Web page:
Exterior Painting

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We are often asked about the expected lifetime of a coat exterior paint.  Our answer is usually the same.  “It depends.”  Paint is only as good as the surface it is applied over.  The substrate often dictates the life you can expect out of a fresh coat of paint.  Exterior painting on your house should be done approximately every 6-8 years depending on your siding material.  Of course, several factors play into what causes your paint to flake, peel, deteriorate, or mildew and these factors can decrease the lifespan of the paint.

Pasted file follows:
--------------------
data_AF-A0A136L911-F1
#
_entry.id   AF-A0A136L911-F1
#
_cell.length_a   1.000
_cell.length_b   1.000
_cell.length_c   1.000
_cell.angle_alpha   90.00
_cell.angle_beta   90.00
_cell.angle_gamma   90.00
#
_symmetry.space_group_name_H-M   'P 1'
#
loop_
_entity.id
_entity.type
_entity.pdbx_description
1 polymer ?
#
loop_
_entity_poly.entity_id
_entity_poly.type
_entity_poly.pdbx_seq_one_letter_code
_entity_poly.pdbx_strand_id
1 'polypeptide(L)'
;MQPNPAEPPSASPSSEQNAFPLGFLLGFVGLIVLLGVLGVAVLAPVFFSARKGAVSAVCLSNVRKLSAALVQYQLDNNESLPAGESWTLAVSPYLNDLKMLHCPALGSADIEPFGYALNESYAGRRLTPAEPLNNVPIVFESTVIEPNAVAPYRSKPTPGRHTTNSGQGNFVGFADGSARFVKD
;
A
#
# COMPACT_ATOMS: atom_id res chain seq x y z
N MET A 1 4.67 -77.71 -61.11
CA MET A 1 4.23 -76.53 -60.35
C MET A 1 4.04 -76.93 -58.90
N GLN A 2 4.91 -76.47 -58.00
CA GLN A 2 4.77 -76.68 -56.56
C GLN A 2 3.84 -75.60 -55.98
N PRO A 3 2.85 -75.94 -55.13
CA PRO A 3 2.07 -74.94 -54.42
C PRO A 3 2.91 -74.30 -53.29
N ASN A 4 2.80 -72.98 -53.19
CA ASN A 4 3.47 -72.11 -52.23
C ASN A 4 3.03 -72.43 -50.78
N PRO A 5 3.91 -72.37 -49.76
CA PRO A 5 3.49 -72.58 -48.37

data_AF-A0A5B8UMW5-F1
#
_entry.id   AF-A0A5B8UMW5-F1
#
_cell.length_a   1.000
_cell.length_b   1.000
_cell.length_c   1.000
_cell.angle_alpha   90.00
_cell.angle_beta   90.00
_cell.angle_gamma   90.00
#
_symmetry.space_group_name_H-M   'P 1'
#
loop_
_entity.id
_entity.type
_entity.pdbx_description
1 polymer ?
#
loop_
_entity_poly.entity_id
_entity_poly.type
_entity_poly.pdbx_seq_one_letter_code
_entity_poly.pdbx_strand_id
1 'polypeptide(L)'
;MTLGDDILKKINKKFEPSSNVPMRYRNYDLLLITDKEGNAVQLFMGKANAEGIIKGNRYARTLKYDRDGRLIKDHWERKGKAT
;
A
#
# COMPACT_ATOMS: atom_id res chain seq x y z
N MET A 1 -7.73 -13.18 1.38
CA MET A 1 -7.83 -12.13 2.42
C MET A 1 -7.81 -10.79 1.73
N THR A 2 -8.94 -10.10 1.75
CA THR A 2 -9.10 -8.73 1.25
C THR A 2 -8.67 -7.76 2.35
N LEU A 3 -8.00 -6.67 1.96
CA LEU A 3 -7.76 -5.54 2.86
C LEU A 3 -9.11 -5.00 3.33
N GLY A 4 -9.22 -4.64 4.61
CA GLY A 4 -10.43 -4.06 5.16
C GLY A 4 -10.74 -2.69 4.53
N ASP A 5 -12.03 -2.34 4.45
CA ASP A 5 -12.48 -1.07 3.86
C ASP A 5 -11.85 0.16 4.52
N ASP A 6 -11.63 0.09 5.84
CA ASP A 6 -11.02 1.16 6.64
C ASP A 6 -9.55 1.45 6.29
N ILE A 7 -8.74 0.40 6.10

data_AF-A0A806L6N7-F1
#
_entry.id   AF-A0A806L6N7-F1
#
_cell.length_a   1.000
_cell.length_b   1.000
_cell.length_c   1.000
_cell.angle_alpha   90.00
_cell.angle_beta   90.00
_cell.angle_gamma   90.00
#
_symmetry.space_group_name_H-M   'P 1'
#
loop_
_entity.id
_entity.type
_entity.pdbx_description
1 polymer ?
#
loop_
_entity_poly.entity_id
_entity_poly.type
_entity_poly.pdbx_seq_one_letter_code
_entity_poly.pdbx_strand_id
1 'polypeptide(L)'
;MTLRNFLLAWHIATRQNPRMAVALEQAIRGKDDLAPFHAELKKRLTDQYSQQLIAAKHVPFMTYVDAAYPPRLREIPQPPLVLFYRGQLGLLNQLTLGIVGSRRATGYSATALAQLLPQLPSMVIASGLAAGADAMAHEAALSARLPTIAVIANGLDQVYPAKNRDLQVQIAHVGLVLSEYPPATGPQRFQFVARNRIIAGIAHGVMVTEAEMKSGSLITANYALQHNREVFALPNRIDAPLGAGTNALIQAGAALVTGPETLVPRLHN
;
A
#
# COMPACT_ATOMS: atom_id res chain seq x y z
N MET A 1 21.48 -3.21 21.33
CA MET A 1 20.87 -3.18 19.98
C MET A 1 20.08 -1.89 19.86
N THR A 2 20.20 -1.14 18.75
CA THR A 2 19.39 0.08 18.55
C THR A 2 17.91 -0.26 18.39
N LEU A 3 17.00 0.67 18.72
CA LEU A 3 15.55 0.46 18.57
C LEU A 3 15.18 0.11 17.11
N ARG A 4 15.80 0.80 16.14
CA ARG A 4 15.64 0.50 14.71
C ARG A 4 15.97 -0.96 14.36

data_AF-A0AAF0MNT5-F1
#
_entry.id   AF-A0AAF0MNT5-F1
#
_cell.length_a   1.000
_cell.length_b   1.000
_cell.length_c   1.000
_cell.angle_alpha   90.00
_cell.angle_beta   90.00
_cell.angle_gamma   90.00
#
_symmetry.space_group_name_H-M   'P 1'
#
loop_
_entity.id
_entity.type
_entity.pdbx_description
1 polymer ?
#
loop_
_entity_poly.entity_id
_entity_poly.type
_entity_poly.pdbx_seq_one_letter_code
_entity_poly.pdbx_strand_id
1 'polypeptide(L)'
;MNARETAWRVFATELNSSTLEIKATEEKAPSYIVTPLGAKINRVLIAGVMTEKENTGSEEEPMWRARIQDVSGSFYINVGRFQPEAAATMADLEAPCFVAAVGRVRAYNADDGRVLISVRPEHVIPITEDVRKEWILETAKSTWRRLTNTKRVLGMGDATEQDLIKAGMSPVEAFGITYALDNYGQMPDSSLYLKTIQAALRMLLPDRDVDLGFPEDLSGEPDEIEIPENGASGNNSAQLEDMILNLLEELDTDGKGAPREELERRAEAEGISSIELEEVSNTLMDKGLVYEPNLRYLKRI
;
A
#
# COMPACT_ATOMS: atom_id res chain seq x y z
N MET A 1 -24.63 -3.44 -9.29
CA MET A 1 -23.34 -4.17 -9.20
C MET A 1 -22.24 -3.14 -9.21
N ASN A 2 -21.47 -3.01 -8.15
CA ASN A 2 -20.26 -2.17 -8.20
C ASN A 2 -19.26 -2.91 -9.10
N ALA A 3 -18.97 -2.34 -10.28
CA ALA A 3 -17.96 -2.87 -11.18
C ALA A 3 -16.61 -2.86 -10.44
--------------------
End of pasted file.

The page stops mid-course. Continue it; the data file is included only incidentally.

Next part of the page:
Moisture content is one of the largest factors that we encounter, especially when working on older homes.  One of our best tools is a moisture meter.  This helps us check the moisture content of wood materials to determine if paint can be applied.  All of our employees have been trained to use the meter and are able to check various test spots to ensure that the paint can be applied.  If you have cedar clapboards or shingles on your house, you may notice that the paint may bubble, flake, or peel.  This often happens around windows or doors, but can happen anywhere on the surface.  If water can penetrate through the siding through cracks, gaps in caulking, or even by holes made by carpenter bees, it can travel down the backside of the material and become trapped.  As the sun makes its way across the different sides of your house, it heats the wood and subsequently draws the moisture out from the backside causing the paint to bubble or flake.  Just last summer, we were asked to remove the remaining aluminum siding from a house built in the 30’s.  The homeowner had already removed half of the siding on the house and wanted us to complete the other half.  The siding covered beautiful, wide cedar clapboards and detailed decorative trim.  It was no wonder that the homeowners wanted to uncover the treasure they had.  Upon painting one side of their house, the homeowners found that after about a year, the paint they had applied had started to peel off in large pieces.  On the opposite side of the house, we had noticed that after painting the clapboards by using the appropriate steps (preparation, priming, and finish coat), small bubbles had started to develop in certain areas.  The moisture that had penetrated behind the siding and behind the cedar had started to work its way out during the hot summer days.  The bubbles were addressed and we continued on with the job.